The Association has a trout pond on its property where members, school groups and the general public (on special occasions) can cast or fly fish for stocked Rainbow trout. The Freshwater Fisheries Society of B.C. stocks the pond with fish from their Duncan trout hatchery a few times a year. The Victoria Fish & Game supports the efforts of Go fish B.C. in introducing angling to beginners by providing the pond for their use on several occasions throughout the year. The trout pond is heavily used during the Family Fishing Weekend held each year on the Father’s Day weekend in June. The pond is typically stocked with about a hundred trout on the Saturday. Children participate by bucketing fish from the hatchery truck and releasing them into the nearby pond. Fishing is usually by casting a bobber and worm or fishing power bait off the bottom. Our pond fishing policy is normally catch and release. The exception is cases where a fish gets injured when caught, and should be kept. Parents are to decide whether a fish should be kept or released. When fish are taken from the property, a fishing licence is required. Children 15 and under do not need licences – fresh or salt water – but must abide by all other regulations.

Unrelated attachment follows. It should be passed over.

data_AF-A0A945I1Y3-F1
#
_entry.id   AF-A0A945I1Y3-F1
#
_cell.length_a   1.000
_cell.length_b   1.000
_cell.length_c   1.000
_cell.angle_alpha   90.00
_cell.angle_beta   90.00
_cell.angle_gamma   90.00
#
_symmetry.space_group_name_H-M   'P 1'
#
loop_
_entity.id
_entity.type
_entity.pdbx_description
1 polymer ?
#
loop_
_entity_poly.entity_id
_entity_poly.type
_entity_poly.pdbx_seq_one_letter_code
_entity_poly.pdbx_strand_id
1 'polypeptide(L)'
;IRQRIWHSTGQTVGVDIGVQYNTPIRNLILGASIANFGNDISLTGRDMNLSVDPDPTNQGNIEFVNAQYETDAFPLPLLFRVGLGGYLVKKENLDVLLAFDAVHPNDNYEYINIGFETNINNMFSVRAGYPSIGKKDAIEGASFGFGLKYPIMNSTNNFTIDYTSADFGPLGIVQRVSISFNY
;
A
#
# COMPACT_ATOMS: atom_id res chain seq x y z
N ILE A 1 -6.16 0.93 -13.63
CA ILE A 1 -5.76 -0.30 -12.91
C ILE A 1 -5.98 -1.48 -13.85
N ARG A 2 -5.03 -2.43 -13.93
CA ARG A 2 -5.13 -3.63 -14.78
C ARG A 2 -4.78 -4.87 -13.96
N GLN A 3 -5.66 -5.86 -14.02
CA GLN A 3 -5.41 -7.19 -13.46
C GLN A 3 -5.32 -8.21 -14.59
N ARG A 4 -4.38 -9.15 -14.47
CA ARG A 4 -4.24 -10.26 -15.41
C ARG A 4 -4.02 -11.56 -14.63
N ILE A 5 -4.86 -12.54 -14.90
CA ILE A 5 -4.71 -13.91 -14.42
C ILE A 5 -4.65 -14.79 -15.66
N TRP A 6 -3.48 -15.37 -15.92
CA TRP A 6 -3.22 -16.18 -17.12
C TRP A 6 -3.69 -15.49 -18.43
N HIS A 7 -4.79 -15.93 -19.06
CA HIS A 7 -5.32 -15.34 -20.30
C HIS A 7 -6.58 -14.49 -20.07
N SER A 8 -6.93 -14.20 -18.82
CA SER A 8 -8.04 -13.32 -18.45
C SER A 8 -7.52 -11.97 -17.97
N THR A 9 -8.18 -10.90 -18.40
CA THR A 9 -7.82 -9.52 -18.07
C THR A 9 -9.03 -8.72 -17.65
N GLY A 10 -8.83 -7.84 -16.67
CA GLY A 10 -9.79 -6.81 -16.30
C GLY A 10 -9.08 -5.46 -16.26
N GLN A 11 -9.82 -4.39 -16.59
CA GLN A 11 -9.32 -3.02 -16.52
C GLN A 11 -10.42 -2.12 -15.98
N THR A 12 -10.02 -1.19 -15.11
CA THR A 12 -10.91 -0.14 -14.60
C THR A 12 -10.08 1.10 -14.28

The Victoria Fish & Game conducts an annual fishing competition among its members for fish caught in various species categories. Trophies are awarded for the largest coho salmon, chinook salmon, halibut and trout. In addition, the junior angler with the best quality catch of any species is recognized as the ‘junior fisherman of the year’.
The competition runs from January 01 to December 31 each year and trophies are awarded at the Annual General Meeting in March of the following year. Eligible waters include the waters of, and surrounding, Vancouver Island only. Entries must be received by the committee chairman within a month of catch date. Entries must include species of fish, weight of fish (in pounds and ounces), date caught, area caught, anglers’ name, age of angler (if junior member), and membership number. Catch and release entries are accepted, both where catch and release is mandatory under either the freshwater (Provincial) or saltwater (Federal) regulations or where the angler chooses catch and release as his or her angling option.
Due to increasingly more restrictive regulations imposed by the Department of Fisheries & Oceans (DFO) for tidal waters angling and by the provincial Ministry of Forests, Lands & Natural Resource Operations for non-tidal waters, the VFGPA Annual Fishing Competition has been cancelled for 2018. The number of entries previously received has been declining for a number of years due, in part, to the imposition of these regulations. Despite increasing Club membership, the percentage of both anglers and hunters has been declining as well.
Amalgamated Conservation Society
The Amalgamated Conservation Society represents the organized anglers of southern Vancouver Island. Membership currently consists of 10 associations as follows:
- Clover Point Anglers’ Association
- Esquimalt Anglers’ Association
- Goldstream Volunteer Salmonid Enhancement Association
- Haig-Brown Flyfishing Association
- James Bay Anglers’ Association
- Royal Canadian Navy Anglers’ Association
- Sidney Anglers’ Association
- Victoria Fish & Game Protective Association